My love, my latest CD mix for you is our origin story, told in 15 songs.
This thing called “we” is a space we first began to occupy on this night, ten years ago, at Lee’s Liquor Lounge. Multiple things converged in the perfect storm for this “we” to begin.
Our friend and coworker, Aaron, and his band–The Rhinestone Diplomats, had to be playing at Lee’s on that particular November night. Our friend and co-worker, Justin, had to pick you up at Rod and Amy’s house and bring you to LLL, where I was busy dancing up a storm.
I had to sit down next to you on a table and feel the atomic energy moving between your skin and mine. Yeah, there were sparks.
The band played a fantastic cover of Cortez the Killer (did I request this, I wonder?) and I danced my ass off; you watched me from a bar stool.
I remember approaching the bar after Cortez concluded. We may have hugged. Hold me closer, tiny dancer.
Justin was ready to leave. “Come in,” she said. “I’ll give you shelter from the storm,” or at least a ride home in my little white Honda Civic.
Later, while loading up the bands’ equipment, Aaron may have averted his eyes when he saw a little white Honda in the parking lot with steamed up windows.
We barely made it up the stairs to your apartment.
*Okay, I cheated here. I couldn’t find anything other than Marvin lip synching this song, so I linked to Jack Black singing “Let’s Get it On” in one of my all-time favorite movies, High Fidelity. But my compilation CD for you uses Marvin’s version.
Lee’s happened on a Friday. By Sunday, you invited me out to brunch to tell me, “We’re not supposed to date. That was the last time.”
You didn’t miss me, most of the time. But I . . .
I burned for you; But I burned quietly. When you asked me at work how I was doing, I’d say, “I’m fine.” You’d tell me, “I’m fine too.”
So, knowing you were spending Christmas alone and my kids were with their dad, I invited you to coffee. Instead of meeting you at the coffee shop as you suggested, I recommended one near my house. “We’ll walk over together,” I said. We never found our way to the coffee shop and we shared our infamous “three days.”
But then, once again, you said “This is the last time.”
I said, “Fine. I’m fine” as you dated the girl you met at a New Year’s party. I made you the first in a long line of mixed CDs with a mixed purpose. You made me one in return. “Sideways” was on your playlist for me. I would wait patiently for you to realize what I already knew.
When spring came, I grew less patient. When you were done with the girl from the New Year’s party and the woman from Dallas, I began suggesting outings. I took you to a Jackie Greene concert for your birthday. You kissed me in the parking lot, but would not invite me in at the end of the evening. I saw you hiding in the bushes, making sure I could get my car off the icy, steep hill outside your place.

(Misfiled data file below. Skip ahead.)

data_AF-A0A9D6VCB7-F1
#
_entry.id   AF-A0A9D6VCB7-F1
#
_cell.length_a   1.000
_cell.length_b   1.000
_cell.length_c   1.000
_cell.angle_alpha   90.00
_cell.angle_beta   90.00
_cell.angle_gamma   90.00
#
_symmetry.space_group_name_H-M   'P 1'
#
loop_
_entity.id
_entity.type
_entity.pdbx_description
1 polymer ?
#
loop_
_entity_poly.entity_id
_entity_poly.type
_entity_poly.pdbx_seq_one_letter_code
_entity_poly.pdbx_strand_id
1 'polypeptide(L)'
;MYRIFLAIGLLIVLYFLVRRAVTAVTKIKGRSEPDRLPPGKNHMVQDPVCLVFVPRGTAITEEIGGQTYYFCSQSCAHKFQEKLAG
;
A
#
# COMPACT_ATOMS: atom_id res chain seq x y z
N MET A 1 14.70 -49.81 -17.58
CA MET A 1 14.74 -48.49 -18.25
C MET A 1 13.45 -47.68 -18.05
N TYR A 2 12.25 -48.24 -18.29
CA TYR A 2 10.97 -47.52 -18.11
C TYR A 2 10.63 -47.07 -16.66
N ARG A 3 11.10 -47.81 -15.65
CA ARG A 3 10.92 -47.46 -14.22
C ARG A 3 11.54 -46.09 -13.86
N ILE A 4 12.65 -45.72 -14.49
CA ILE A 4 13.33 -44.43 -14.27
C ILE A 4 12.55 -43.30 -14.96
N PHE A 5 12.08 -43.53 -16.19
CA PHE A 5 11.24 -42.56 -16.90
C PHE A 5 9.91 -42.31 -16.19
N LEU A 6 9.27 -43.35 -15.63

I took care of your cat while you did a solo trip to Paris. After feeding your cat, I would stand in your closet and take in the smell of your perfectly spaced work shirts.
A few months later, I asked for your help picking out a new digital camera. We’re just single friends helping one another out, I told you. You picked me up in your beater Jeep with the top taken off to let the warm late spring air in. While driving to Best Buy, I told you it was like riding in a boat. That made you smile.
Then I dated the young Buddhist poet. I got sick. You checked on me five times in one day when I was sick; you checked in on me when I was in the emergency room. The Buddhist Poet couldn’t drive. When I was getting better, he biked over the High Bridge with a tincture of yarrow that he grew in his garden. Not long after, I broke up with him because he wasn’t you. Your actions spoke louder than your words. Your actions told me you loved me.
We went out for drinks with my best friend, Shari, when she visited from Montana in August. She told you, “Admit it. You love her.” And you did. You admitted it. You decided to give us a chance, in spite of work rules to the contrary.
We let it be and life let us be together, eventually.
Through the years, we’ve both put this song on many of our compilation CDs. And now, tonight, it really is our Ten Year Night. The night the “we” that is “us” all began, one decade ago. So happy to round a decade with you, my man.